Almost Half of Women In Developing Countries Feel They Can’t Say ‘No’ To Sex: U.N. Report
Almost half the women in 57 developing countries around the world, including India, don’t have enough bodily autonomy to say ‘no’ to sex, a new report by the United Nations has found.
The report defined ‘bodily autonomy’ as the “power and agency to make choices, without fear of violence or having someone else decide for us.” And in order to measure the extent of bodily autonomy women enjoyed, they assessed whether women had the right to the following: first, deciding when or with whom to have sex; second, choosing when or whether they want to become pregnant, and third, freedom to access and access to doctors.
Titled My Body is My Own, the study was conducted by the United Nations Population Fund (UNFPA), and found that many of the 57 countries not only restrict women’s movement outside the home but also are yet to criminalize marital rape and allow rapists impunity if they simply agree to marry the survivor. Only 55% of the women in these countries reported feeling fully empowered to make choices on sex, contraception, and health care.
“The denial of bodily autonomy is a violation of women and girls’ fundamental human rights that reinforces inequalities and perpetuates violence arising from gender discrimination,” Natalia Kanem, executive director of the UNFPA, told The Washington Post. “The fact that nearly half of women still cannot make their own decisions about whether or not to have sex, use contraception, or seek health care should outrage us all.”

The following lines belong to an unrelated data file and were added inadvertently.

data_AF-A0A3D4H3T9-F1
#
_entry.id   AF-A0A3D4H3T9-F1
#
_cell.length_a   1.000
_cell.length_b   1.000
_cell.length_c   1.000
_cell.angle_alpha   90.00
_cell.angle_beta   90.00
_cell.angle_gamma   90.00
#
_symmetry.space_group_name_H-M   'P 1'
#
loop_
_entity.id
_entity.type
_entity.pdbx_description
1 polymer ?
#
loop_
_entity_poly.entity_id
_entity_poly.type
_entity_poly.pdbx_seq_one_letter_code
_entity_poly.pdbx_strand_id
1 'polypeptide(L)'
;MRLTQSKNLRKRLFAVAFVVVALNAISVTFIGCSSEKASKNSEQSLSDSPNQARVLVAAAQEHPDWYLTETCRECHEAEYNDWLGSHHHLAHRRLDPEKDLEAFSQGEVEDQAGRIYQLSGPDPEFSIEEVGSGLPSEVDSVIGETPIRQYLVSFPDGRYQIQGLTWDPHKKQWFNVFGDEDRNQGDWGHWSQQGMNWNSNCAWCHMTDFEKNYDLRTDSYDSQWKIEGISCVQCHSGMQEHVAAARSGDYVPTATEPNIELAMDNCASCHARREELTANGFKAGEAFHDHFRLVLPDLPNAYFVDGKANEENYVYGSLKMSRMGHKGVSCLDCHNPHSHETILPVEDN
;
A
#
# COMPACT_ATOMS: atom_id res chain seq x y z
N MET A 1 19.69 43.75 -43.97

Gender equality is constitutionally guaranteed in several of these countries. But the existence of equal rights on paper isn’t enough, if women aren’t aware of them, or can’t avail of them, the report stated. Moreover, despite countries pledging gender equality, on average globally, women enjoy just 75% of the legal rights men do. And due to their lack of inclusion in political decision-making, women don’t have a chance to address this disparity.
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The study noted that in some parts of the world, women are actually unaware that they even have the right to say no to sex. Citing the example of India, the study noted “… newly married women were less likely to refer to their first sex as forced or ‘against their will’ because sex was expected within marriage. The notion of consent was irrelevant because sex, even if it was forced, was thought to be a marital duty and therefore not a matter of consent.”
Financial independence could empower women to make autonomous decisions about their body, including when to access health care and whether to use contraception, the study posited. However, given the existing gaps in economic participation and opportunities, gaps that have been amplified by the pandemic, that seems like a distant solution.
However, what society tends to forget is women aren’t the only ones who bear the brunt of inequality. While it certainly impacts them disproportionately more than men, the ripples can be felt across economies. A report published in March found that the world has lost $70 trillion to gender inequality in just 30 years — a number that’s even more jarring amid a global pandemic that has brought an economic crisis in its stride.
“Real, sustained progress largely depends on uprooting gender inequality and all forms of discrimination, and transforming the social and economic structures that maintain them,” Kanem noted, calling for men to “become allies” in the movement to achieve gender equality.
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